About Photographer Scott Ramsey
Photography for me is about creating a set of photographs that tell a story. Whether it be a man cutting down a tree in a forest, a boy having fun riding his bike or a business man in his office. Photographic styles change but a great photo will always stay a great photo. Think of all the photographs you have ever seen, in particular the images that you liked. How would you describe them? What makes them a good photograph? For me it has show emotion, be interesting and grab my attention and above all have the ability to transport me to the very moment and location where the picture was taken.
I grew up in West Sussex listening to stories from one of the best photographers ever. Could it be someone like Henri Cartier-Bresson, Robert Capa, David Bailey? I hear you ask. No chance they didn't have a patch on this photographer.
he best photographer in the world was my Dad. Now I appreciate I could be accused of being slightly biased but honestly my dad 's photographs, stories and life was amazing. He photographed prime ministers, members of the royal family, celebrities like Oliver Reed, a little worse for wear on the roof of a hotel. Even the mods and rockers rioting in Brighton and terrible disasters like Aberfan. One such story, during his time covering Aberfan, happened on about the fourth day at the scene of the disaster. Everyone was moved from one of the school playing fields and told to keep back. A helicopter appeared on the horizon and headed towards the playing field, “..a rare thing in those days” he told me. The helicopter touched down and out stepped a photographer loaded down with cameras looking like he had just arrived from a war zone! He turned out to be from Life, the greatest ‘picture’ magazine ever published. But apart from looking the part and making a grand entrance he scooped all the other photographers and took a very powerful and poignant photograph of several small coffins at one of the many funerals that was held a few days later. The thing is he had the empathy, integrity and professional skills to take a photograph that no one else could. And if it shocked people, then all the better as then it would serve a purpose and hopefully create a change and make people find a way for such a terrible thing to never happen again.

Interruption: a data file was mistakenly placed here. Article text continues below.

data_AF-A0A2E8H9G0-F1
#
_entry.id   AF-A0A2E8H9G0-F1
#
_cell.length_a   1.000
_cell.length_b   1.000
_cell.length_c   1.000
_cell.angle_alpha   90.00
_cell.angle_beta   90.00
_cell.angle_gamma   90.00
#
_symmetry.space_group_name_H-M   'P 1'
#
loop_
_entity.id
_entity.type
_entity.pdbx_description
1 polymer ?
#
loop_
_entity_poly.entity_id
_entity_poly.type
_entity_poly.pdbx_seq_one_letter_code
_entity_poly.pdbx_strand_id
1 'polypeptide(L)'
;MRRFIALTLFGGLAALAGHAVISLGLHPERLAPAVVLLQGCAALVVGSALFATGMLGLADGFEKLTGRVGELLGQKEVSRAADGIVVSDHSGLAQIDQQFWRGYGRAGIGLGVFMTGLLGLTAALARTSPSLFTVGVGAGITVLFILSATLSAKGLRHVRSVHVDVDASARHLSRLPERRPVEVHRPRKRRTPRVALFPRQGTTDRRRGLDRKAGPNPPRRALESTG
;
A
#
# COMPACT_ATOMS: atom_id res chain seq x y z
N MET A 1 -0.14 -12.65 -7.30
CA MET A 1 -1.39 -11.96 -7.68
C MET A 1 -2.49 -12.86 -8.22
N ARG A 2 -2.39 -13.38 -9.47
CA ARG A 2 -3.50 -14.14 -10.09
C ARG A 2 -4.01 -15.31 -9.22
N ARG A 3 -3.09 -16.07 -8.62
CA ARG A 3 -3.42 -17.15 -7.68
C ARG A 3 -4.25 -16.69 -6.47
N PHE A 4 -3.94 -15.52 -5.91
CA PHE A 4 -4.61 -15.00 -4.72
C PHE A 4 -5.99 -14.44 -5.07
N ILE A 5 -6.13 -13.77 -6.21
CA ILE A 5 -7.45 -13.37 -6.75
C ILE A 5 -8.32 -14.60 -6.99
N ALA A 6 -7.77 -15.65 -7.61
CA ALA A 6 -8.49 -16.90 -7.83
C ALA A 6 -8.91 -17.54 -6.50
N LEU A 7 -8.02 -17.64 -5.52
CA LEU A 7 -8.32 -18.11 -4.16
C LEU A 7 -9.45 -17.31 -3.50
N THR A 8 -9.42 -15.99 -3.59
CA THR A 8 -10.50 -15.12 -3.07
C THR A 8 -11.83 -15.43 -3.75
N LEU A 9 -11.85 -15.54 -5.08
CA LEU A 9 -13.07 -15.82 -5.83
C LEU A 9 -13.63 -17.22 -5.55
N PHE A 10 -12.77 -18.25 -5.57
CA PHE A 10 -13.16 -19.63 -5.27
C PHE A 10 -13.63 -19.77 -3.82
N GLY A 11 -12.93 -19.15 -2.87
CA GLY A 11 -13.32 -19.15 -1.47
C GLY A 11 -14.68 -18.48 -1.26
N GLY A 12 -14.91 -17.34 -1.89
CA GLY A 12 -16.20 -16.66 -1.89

So as you can imagine growing up this way certainly had an affect on me. I picked up a camera aged around 10 and starting taking photos. I'm going to sound really old now but back then digital cameras didn't exist and auto focus was a dream. You had to load film and process your own photographs. So I saved my pocket money up and built a darkroom and managed to earn some extra cash washing cars and cutting the neighbours lawn. I started sending some of my photos to the local newspapers and every now and again they got published and i even got paid me a few quid. At the age of 13, I managed to talk my way into a week of work experience at the Daily Mirror in London. It was my first time in London and being only aged 13 I'm not ashamed to say it was a little daunting taking the underground everyday. But I knuckled down and got on with it. On the first day I nearly got stuck in a revolving door with a young lady, it's a long story and for the sake of time I'll just put it down to my nerves. By day three I had been taken under the wing of the picture editor Len Greener and was having a great time. Unfortunately in all the excitement I had forgotten to call home that morning and let my mum know how things where going. Now I can't blame my mum, it was truly my fault for not calling her, but deciding to ring up the picture desk of the Daily Mirror half an hour before deadline to speak to her son was probably a little badly timed. Still Len laughed about it in the end. So the week carried on and I shadowed photographers around London trying to learn as much as possible. At the end of the week I was delighted when a staff photographer suggested that my photo of Anthea Turner should be used instead of his . I'm sure he was just being kind but never the less he was true to his word and the photograph was published and I even got paid for it.